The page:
Death of a Child Linked to Onset of Psychosis


Using data from the National Comorbidity Survey, researchers found that individuals with a psychotic disorder who had lost a child had a significantly later age of onset, and that psychosis frequently occurred within a year of the loss. The researchers conclude that “the findings implicate child loss as an etiological factor in the onset of psychosis, providing converging evidence with previous studies demonstrating associations between more widely studied trauma exposures (abuse, neglect, and assault) and psychosis.”

Abstract → 

DeVyler, J., Wang, J., Oh, H., Lukens, E., Child loss and psychosis onset: Evidence for traumatic experience as an etiological factor in psychosis. Psychiatry Research, ePub: August 30, 2012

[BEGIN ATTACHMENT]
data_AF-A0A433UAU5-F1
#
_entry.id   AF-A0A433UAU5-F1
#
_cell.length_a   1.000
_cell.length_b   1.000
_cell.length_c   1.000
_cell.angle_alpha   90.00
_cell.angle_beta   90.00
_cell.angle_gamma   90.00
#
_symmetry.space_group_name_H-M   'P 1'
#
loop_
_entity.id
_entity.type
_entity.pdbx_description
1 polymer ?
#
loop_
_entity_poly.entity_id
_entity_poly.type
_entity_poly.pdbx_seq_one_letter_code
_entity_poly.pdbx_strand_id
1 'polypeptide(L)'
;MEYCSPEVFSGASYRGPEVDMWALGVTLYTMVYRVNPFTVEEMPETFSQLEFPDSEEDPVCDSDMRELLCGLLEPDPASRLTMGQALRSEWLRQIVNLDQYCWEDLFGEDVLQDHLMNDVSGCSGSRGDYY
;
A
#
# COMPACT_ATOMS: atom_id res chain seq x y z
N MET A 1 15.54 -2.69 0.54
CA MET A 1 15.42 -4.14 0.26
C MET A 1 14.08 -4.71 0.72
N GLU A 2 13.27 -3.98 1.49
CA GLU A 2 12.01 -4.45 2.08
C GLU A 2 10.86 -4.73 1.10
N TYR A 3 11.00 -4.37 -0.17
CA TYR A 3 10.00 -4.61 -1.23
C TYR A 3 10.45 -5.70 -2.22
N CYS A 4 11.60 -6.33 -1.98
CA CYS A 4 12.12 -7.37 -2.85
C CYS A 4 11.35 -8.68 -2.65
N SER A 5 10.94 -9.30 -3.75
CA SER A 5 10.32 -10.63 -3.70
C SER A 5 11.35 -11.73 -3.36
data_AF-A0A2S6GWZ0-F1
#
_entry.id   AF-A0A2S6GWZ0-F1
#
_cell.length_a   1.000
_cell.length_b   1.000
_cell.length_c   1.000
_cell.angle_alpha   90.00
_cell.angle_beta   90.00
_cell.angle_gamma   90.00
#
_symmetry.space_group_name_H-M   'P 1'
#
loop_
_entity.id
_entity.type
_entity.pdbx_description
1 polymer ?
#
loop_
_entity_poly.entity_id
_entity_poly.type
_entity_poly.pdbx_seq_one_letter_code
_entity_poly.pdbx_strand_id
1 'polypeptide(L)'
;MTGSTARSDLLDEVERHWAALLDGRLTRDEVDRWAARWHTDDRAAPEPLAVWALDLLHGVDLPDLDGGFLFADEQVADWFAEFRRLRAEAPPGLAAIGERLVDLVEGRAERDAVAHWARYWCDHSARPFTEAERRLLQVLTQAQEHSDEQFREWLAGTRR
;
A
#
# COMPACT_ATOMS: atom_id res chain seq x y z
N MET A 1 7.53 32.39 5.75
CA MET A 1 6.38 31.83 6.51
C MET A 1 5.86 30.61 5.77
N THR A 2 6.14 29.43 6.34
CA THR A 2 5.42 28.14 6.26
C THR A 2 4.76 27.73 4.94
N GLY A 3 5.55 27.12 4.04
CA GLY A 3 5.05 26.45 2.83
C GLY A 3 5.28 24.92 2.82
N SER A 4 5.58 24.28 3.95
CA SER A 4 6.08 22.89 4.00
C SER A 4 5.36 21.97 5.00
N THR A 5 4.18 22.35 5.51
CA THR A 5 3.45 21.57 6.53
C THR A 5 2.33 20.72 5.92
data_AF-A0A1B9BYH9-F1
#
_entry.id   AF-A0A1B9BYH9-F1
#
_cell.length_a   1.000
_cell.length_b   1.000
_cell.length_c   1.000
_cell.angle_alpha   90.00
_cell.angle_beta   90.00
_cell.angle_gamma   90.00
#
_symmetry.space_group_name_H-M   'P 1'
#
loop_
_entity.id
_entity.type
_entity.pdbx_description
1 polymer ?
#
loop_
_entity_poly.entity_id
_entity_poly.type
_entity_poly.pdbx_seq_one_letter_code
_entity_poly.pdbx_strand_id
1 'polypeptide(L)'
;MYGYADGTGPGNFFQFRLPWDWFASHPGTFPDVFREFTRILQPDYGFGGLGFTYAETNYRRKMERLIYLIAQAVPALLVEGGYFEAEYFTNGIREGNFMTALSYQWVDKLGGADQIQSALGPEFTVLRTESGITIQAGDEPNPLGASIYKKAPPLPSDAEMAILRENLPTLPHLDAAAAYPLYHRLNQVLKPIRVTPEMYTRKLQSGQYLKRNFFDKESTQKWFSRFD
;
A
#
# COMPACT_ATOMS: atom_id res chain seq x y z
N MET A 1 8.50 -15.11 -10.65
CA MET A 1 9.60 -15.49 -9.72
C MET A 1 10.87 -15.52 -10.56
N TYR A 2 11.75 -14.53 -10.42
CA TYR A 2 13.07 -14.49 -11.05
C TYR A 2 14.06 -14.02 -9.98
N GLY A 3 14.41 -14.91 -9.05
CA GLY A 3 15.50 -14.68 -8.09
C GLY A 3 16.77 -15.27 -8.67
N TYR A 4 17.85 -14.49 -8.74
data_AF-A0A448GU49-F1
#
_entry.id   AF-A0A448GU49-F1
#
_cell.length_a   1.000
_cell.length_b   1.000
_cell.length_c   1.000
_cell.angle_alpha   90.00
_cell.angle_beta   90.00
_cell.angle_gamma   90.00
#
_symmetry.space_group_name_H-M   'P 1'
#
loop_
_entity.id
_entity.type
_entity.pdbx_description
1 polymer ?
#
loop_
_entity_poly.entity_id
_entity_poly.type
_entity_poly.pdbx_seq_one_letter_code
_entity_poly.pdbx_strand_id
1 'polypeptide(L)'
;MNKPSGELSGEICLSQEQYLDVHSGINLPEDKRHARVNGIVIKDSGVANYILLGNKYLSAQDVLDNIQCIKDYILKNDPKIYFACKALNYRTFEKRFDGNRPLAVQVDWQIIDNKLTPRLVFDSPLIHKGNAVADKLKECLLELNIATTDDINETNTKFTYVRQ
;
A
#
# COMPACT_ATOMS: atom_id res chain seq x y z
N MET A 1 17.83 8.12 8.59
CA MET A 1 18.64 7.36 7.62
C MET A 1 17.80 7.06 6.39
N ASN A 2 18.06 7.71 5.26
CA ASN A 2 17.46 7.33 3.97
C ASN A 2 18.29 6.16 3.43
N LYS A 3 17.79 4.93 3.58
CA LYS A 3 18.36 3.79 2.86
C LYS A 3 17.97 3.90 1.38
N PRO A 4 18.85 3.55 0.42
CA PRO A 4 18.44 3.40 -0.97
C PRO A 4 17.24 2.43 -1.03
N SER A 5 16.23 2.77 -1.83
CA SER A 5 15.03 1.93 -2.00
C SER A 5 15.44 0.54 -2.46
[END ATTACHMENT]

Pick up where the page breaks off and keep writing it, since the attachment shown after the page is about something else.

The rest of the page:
Of further interest:
Death of Child Linked to Psychosis Onset

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Kermit Cole
Kermit Cole, MFT, founding editor of Mad in America, works in Santa Fe, New Mexico as a couples and family therapist. Inspired by Open Dialogue, he works as part of a team and consults with couples and families that have members identified as patients. His work in residential treatment — largely with severely traumatized and/or "psychotic" clients — led to an appreciation of the power and beauty of systemic philosophy and practice, as the alternative to the prevailing focus on individual pathology. A former film-maker, he has undergraduate and master's degrees in psychology from Harvard University, as well as an MFT degree from the Council for Relationships in Philadelphia. He is a doctoral candidate with the Taos Institute and the Free University of Brussels. You can reach him at [email protected].